As if the changing nature of warfare didn’t pose a big enough challenge, U.S. security is challenged by peer and near-peer nations operating just below the threshold of conflict. Some areas of contention literally have no rules, while others are constantly shifting and posing a dilemma for uniformed and civilian planners alike.

Operating in the gray zone was the focal point of a panel comprising military and civilian experts at West 2018, being held in San Diego February 6-8. The discussion largely focused on challenges, but some potential solutions were offered as these leaders exchanged views on this undefined domain.

February 7, 2018
By Robert K. Ackerman
Lt. Gen. Robert S. Walsh, USMC, commanding general, Marine Corps Combat Development Command, discusses Marine Corps innovations in the Wednesday keynote address at West 2018 in San Diego.

The already-complex Marine Corps mission is about to become more intricate as the Corps strives to incorporate new methods of warfighting and countering enemy capabilities. Viewing adversaries has given the Corps a glimpse of the future, and major changes lie over the horizon.

These points were hammered home by Lt. Gen. Robert S. Walsh, USMC, commanding general, Marine Corps Combat Development Command, speaking at the day two morning keynote address at West 2018 in San Diego. From amphibious assaults to information warfare, the Marines are incorporating new capabilities that will lead to an entirely new way of waging combat, the general allowed.

February 7, 2018
By Robert K. Ackerman
Panelists discussing how to use the network to build maritime power are (l-r) moderator Lt. Gen. Robert Shea, USMC (Ret.), AFCEA president and CEO; Kenneth W. Bible, deputy director, C4/Deputy CIO, U.S. Marine Corps; Kelly Fletcher, acting Department of Navy CIO; Vice Adm. Matthew J. Kohler, USN, commander, Naval Information Forces; and Rear Adm. Kevin Lunday, USCG, assistant commandant, C4&IT and commander, U.S. Coast Guard Cyber Command.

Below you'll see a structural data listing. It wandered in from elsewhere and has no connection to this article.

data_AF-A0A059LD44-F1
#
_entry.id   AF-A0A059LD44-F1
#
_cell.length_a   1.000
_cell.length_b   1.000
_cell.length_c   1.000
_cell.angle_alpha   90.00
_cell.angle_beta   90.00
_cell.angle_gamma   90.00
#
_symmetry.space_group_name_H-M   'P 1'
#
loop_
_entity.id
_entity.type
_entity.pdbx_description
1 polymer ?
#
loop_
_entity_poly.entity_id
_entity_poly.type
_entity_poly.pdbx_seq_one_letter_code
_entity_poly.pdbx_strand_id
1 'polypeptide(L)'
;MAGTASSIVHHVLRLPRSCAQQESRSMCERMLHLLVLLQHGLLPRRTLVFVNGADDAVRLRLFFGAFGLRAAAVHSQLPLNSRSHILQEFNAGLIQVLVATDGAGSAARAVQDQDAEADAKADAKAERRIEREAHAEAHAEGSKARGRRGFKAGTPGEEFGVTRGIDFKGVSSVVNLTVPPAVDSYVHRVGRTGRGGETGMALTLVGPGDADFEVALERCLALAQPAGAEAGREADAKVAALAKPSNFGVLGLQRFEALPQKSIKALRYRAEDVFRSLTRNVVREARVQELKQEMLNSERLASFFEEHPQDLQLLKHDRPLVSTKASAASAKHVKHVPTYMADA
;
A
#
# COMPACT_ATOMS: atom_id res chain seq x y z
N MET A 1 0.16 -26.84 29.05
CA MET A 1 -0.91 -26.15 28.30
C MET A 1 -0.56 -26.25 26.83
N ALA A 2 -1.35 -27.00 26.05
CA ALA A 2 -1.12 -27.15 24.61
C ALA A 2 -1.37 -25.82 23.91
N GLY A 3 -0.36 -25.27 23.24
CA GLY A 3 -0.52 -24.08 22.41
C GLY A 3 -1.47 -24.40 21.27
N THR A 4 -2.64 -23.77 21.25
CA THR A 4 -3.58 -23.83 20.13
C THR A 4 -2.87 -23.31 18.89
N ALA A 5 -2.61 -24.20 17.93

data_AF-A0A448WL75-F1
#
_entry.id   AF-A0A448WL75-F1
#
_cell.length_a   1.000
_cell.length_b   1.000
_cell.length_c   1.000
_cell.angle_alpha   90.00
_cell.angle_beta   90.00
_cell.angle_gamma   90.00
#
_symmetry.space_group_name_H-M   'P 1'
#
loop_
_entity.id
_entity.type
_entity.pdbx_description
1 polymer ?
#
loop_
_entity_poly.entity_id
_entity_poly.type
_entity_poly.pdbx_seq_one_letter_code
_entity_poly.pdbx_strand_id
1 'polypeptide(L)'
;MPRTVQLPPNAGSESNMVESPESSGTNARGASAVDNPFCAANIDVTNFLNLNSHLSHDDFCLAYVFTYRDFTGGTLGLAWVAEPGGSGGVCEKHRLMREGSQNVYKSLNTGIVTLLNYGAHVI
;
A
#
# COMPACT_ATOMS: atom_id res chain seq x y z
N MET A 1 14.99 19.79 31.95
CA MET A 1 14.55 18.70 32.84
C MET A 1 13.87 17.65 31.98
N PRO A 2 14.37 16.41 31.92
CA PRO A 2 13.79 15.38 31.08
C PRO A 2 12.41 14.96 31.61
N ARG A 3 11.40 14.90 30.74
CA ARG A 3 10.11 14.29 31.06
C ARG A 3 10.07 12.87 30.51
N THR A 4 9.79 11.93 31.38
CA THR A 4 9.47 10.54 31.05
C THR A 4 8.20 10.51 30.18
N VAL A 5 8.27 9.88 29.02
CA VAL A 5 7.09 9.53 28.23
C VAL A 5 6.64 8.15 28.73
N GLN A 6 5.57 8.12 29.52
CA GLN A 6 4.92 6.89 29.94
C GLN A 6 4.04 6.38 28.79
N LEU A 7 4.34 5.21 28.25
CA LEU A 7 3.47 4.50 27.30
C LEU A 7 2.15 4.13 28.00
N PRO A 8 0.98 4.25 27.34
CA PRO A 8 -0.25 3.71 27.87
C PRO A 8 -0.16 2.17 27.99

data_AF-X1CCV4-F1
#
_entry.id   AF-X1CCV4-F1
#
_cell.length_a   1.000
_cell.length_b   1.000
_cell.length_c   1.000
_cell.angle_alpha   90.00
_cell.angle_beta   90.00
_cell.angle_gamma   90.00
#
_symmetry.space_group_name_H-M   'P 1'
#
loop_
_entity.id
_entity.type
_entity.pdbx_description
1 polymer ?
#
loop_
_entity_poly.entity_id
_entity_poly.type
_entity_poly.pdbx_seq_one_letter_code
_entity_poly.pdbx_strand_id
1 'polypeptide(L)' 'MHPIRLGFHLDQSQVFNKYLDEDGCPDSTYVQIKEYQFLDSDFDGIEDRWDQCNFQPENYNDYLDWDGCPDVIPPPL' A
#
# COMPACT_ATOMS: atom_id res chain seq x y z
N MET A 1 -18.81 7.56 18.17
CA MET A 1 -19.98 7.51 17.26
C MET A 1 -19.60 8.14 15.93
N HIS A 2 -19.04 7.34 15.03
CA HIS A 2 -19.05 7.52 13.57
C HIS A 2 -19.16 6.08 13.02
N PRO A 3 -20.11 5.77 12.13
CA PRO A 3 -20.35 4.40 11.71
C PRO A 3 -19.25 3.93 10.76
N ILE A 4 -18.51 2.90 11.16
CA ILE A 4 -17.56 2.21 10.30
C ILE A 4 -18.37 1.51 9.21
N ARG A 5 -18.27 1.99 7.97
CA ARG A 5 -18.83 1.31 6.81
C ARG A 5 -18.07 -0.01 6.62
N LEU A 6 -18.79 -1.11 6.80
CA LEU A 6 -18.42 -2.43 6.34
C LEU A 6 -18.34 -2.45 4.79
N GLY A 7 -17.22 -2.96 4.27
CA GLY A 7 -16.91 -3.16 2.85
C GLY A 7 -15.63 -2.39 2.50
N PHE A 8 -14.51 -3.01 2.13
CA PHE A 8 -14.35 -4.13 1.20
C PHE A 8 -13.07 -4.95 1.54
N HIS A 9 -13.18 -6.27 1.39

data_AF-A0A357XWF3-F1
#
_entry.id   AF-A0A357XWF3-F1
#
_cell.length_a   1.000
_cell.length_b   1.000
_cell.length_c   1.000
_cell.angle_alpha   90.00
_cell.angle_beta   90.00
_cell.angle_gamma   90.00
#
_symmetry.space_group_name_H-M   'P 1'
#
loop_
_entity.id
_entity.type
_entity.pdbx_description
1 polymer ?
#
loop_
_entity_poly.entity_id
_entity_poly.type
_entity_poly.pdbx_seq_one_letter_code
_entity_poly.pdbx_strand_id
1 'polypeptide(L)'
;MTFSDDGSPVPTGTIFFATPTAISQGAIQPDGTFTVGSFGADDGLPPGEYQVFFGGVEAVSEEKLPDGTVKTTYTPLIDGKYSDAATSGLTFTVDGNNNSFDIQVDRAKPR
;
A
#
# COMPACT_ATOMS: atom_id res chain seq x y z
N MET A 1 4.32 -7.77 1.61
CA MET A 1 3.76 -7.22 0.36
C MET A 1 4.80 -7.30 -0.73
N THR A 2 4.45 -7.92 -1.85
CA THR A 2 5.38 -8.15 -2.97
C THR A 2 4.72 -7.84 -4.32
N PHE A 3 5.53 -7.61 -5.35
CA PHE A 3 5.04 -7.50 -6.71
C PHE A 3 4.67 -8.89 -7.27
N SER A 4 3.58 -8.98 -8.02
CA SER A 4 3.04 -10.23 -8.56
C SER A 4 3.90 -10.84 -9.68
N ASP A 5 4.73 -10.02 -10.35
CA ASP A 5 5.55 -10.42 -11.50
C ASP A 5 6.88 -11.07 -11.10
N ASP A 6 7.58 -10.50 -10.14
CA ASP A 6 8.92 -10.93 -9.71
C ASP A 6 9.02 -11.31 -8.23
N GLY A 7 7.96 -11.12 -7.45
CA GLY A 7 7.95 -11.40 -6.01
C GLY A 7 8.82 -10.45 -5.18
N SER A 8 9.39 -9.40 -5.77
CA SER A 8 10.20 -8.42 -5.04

West 2018 SIGNAL Magazine Show Daily, Day 1

 Quote of the Day:

February 6, 2018
By Robert K. Ackerman
Adm. Scott H. Swift, USN, commander of the U.S. Pacific Fleet, shares his views on the China challenge at West 2018.

War with China is not inevitable, but the United States is in a competition with which it is unfamiliar, U.S. Navy Pacific Fleet Commander Adm. Scott H. Swift, USN, told the audience at the keynote luncheon at West 2018. China is using its own means to coerce others as it pursues its long-term goals, the admiral said at the conference, taking place February 6-8 in San Diego.

February 6, 2018
By Robert K. Ackerman
Deputy Secretary of Defense Patrick Shanahan explains key elements of the new U.S. National Defense Strategy at West 2018.

Speed, efficiency and innovation are the cornerstones of progress necessary for the new U.S. National Defense Strategy to succeed, according to the deputy secretary of defense. Speaking at the opening keynote address at West 2018, being held in San Diego February 6-8, Patrick Shanahan told the large audience that internal changes will be as important as external approaches.

“It’s not about China; it’s not about Russia: It’s about competing, and there are no such things as fair competitions,” Shanahan said of the new strategy.

January 31, 2018
By Alberto Dominguez
Fort Leonard Wood is the first Army site to transition to a modernized, Internet protocol-based network. Credit: U.S. Army photo

U.S. Army stakeholders are working together to steadily modernize the network that reaches from the home station to the tactical edge. To understand this effort, one needs to understand the changing mission requirement for the command element at home station to maintain a consistent, secure, and reliable connection with dispersed, tactical teams maneuvering on the battlefield.